The Hammett acidity function (H0) is a measure of acidity that is used for very concentrated solutions of strong acids, including superacids. It was proposed by the physical organic chemist Louis Plack Hammett[1][2] and is the best-known acidity function used to extend the measure of Brønsted–Lowry acidity beyond the dilute aqueous solutions for which the pH scale is useful.

In highly concentrated solutions, simple approximations such as the Henderson–Hasselbalch equation are no longer valid due to the variations of the activity coefficients. The Hammett acidity function is used in fields such as physical organic chemistry for the study of acid-catalyzed reactions, because some of these reactions use acids in very high concentrations, or even neat (pure).[3]

## Definition

The Hammett acidity function, H0, can replace the pH in concentrated solutions. It is defined using an equation[4][5][6] analogous to the Henderson–Hasselbalch equation:

${\displaystyle H_{0}={\mbox{p))K_((\ce {BH^+))}+\log {\frac ((\ce {[B]))}((\ce {[BH^+]))))}$

where log(x) is the common logarithm of x, and pKBH+ is −log(K) for the dissociation of BH+, which is the conjugate acid of a very weak base B, with a very negative pKBH+. In this way, it is rather as if the pH scale has been extended to very negative values. Hammett originally used a series of anilines with electron-withdrawing groups for the bases.[3]

Hammett also pointed out the equivalent form

${\displaystyle H_{0}=-\log \left(a_((\ce {H^+))}{\frac {\gamma _((\ce {B)))){\gamma _((\ce {BH^+))))}\right)}$

where a is the activity, and the γ are thermodynamic activity coefficients. In dilute aqueous solution (pH 0–14) the predominant acid species is H3O+ and the activity coefficients are close to unity, so H0 is approximately equal to the pH. However, beyond this pH range, the effective hydrogen-ion activity changes much more rapidly than the concentration.[4] This is often due to changes in the nature of the acid species; for example in concentrated sulfuric acid, the predominant acid species ("H+") is not H3O+ but rather H3SO4+[citation needed], which is a much stronger acid. The value H0 = -12 for pure sulfuric acid must not be interpreted as pH = −12 (which would imply an impossibly high H3O+ concentration of 10+12 mol/L in ideal solution). Instead it means that the acid species present (H3SO4+) has a protonating ability equivalent to H3O+ at a fictitious (ideal) concentration of 1012 mol/L, as measured by its ability to protonate weak bases.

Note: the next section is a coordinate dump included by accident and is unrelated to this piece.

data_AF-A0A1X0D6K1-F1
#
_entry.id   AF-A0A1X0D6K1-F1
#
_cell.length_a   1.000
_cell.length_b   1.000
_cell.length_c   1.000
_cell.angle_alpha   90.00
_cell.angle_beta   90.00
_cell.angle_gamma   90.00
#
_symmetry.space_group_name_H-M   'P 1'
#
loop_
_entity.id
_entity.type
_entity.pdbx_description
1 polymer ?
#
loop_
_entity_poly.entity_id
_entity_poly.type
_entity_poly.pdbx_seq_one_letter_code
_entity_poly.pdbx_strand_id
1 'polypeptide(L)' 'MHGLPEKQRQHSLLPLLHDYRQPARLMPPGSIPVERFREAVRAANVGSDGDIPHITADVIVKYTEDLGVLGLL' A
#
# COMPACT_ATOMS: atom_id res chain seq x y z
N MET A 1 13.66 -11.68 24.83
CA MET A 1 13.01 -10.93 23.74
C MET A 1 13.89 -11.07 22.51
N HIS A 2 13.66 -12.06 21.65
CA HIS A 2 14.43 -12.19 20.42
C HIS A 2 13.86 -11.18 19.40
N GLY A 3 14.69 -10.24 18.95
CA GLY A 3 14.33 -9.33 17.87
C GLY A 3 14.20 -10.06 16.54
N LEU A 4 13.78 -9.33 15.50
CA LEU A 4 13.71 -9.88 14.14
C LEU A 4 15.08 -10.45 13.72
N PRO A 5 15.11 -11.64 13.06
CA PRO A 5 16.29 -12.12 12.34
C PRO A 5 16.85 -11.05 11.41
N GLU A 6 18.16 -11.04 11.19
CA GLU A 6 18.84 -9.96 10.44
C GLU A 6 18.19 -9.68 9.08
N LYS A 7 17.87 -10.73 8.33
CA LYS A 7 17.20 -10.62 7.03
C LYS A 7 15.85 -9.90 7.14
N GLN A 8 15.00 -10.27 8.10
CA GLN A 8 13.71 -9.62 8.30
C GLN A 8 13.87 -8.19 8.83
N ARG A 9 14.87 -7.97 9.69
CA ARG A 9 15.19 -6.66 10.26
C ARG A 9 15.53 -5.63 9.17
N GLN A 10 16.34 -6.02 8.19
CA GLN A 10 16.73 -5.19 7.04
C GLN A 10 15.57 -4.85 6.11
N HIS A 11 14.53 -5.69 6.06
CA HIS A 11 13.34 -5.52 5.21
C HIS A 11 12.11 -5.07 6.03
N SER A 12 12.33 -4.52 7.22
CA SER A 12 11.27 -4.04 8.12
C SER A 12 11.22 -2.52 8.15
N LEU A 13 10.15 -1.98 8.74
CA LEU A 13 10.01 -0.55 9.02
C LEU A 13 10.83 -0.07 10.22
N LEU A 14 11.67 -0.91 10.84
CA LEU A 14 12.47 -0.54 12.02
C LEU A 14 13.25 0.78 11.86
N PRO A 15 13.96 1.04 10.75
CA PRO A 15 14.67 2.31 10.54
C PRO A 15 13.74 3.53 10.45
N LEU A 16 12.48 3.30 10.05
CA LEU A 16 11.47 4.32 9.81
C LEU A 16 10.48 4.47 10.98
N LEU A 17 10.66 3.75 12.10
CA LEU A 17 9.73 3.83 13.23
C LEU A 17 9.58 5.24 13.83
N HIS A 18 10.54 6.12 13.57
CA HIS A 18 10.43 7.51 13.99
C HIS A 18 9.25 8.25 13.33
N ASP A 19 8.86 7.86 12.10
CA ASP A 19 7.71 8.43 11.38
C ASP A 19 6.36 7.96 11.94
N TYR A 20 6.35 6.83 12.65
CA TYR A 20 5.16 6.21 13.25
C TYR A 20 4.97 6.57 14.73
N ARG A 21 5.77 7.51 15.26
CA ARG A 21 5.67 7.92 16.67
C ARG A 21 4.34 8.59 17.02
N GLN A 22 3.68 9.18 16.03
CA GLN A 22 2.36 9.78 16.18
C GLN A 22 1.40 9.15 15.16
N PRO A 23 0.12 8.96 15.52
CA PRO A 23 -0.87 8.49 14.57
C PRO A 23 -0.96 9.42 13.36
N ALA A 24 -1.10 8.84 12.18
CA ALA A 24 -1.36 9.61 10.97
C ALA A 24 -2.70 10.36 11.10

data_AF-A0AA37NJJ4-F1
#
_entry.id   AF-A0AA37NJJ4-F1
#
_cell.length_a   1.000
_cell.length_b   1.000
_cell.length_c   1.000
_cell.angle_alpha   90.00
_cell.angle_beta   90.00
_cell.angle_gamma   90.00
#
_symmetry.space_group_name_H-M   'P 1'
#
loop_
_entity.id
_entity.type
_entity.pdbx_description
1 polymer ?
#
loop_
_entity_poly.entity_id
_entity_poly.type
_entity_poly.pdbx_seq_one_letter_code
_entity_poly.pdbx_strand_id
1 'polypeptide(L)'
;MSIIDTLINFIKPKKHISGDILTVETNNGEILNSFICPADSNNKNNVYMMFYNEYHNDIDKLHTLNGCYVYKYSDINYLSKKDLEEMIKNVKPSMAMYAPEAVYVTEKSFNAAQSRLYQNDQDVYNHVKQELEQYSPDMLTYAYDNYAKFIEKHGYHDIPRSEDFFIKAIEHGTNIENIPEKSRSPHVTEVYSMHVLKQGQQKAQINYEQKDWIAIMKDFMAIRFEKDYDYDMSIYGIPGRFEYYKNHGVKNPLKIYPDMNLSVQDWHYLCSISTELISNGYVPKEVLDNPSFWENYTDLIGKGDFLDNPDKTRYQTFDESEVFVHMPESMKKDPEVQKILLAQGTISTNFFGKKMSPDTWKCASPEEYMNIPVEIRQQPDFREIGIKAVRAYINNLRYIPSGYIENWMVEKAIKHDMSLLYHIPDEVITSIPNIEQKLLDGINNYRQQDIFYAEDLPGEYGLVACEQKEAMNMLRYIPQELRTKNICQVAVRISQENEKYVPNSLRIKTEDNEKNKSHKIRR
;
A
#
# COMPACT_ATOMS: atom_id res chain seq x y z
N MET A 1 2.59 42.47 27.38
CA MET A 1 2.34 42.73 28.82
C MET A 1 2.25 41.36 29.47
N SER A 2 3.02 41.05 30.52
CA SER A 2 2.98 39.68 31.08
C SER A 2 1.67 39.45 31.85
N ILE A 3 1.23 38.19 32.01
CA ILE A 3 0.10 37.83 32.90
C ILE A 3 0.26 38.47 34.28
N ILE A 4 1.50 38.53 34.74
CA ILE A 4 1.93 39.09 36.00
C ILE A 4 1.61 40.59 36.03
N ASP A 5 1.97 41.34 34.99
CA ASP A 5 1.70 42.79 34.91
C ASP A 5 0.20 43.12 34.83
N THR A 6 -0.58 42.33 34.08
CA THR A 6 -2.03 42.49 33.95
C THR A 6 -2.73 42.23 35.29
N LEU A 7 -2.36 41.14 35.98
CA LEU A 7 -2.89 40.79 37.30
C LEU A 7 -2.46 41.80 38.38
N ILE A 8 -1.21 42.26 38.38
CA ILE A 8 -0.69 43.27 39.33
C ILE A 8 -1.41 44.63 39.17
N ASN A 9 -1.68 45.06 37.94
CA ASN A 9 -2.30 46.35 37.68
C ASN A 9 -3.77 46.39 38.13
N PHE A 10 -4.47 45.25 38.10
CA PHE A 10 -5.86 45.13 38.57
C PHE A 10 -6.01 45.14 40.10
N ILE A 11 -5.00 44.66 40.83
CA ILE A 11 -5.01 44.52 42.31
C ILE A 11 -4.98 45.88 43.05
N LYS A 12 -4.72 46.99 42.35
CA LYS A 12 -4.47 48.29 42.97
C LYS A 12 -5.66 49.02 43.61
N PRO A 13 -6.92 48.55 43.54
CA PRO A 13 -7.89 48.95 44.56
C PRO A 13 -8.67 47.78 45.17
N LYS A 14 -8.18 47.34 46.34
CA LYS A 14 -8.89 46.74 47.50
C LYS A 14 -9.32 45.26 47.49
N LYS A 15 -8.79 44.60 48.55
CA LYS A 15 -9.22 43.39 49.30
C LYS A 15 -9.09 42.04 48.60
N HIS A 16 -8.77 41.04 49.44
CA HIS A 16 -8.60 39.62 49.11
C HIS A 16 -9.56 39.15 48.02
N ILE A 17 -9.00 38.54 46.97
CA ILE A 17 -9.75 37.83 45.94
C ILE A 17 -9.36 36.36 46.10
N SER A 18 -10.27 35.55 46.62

Although the Hammett acidity function is the best known acidity function, other acidity functions have been developed by authors such as Arnett, Cox, Katrizky, Yates, and Stevens.[3]

## Typical values

On this scale, pure H2SO4 (18.4 M) has a H0 value of −12, and pyrosulfuric acid has H0 ~ −15.[7] Take note that the Hammett acidity function clearly avoids water in its equation. It is a generalization of the pH scale—in a dilute aqueous solution (where B is H2O), pH is very nearly equal to H0. By using a solvent-independent quantitative measure of acidity, the implications of the leveling effect are eliminated, and it becomes possible to directly compare the acidities of different substances (e.g. using pKa, HF is weaker than HCl or H2SO4 in water but stronger than HCl in glacial acetic acid.[8][9])

H0 for some concentrated acids:[10]

For mixtures (e.g., partly diluted acids in water), the acidity function depends on the composition of the mixture and has to be determined empirically. Graphs of H0 vs mole fraction can be found in the literature for many acids.[3]

## References

1. ^ L. P. Hammett and A. J. Deyrup (1932) J. Am. Chem. Soc. 54, 2721
2. ^ L. P. Hammett (1940). Physical Organic Chemistry. (McGraw-Hill)
3. ^ a b c d Gerrylynn K. Roberts, Colin Archibald Russell. Chemical History: Reviews of the Recent Literature. Royal Society of Chemistry, 2005. ISBN 0-85404-464-7.
4. ^ a b William L. Jolly, Modern Inorganic Chemistry (McGraw-Hill 1984), p.202-3
5. ^ F. A. Cotton and G. Wilkinson, Advanced Inorganic Chemistry (5th edition, Wiley-Interscience 1988), p.107-9
6. ^ G. L. Miessler and D. A. Tarr, Inorganic Chemistry (2nd edition, Prentice-Hall 1999), p.170-1
7. ^ What do you mean pH = -1? Super Acids Archived 2006-09-23 at the Wayback Machine
8. ^ "The Hammett Acidity Function H0 for Hydrofluoric Acid Solutions." Herbert H. Hyman, Martin Kilpatrick, Joseph J. Katz, J. Am. Chem. Soc., 1957, 79 (14), pp 3668–3671 doi:10.1021/ja01571a016 http://pubs.acs.org/doi/abs/10.1021/ja01571a016
9. ^ Liang, Jack Joan-Nan, "The Hammett Acidity Function for Hydrofluoric Acid and some related Superacid Systems" (1976). Open Access Dissertations and Theses. Paper 3850.
10. ^ Superacid chemistry. Olah, George A. (George Andrew), 1927-2017., Olah, George A. (George Andrew), 1927-2017. (2nd ed.). Hoboken, N.J.: Wiley. 2009. ISBN 9780470421543. OCLC 391334955.((cite book)): CS1 maint: others (link)
11. ^ The Chemistry of Nonaqueous Solvents VB: Acid and Aprotic Solvents Ed J.J. Lagowski, pp139, Academic Press, London, 1978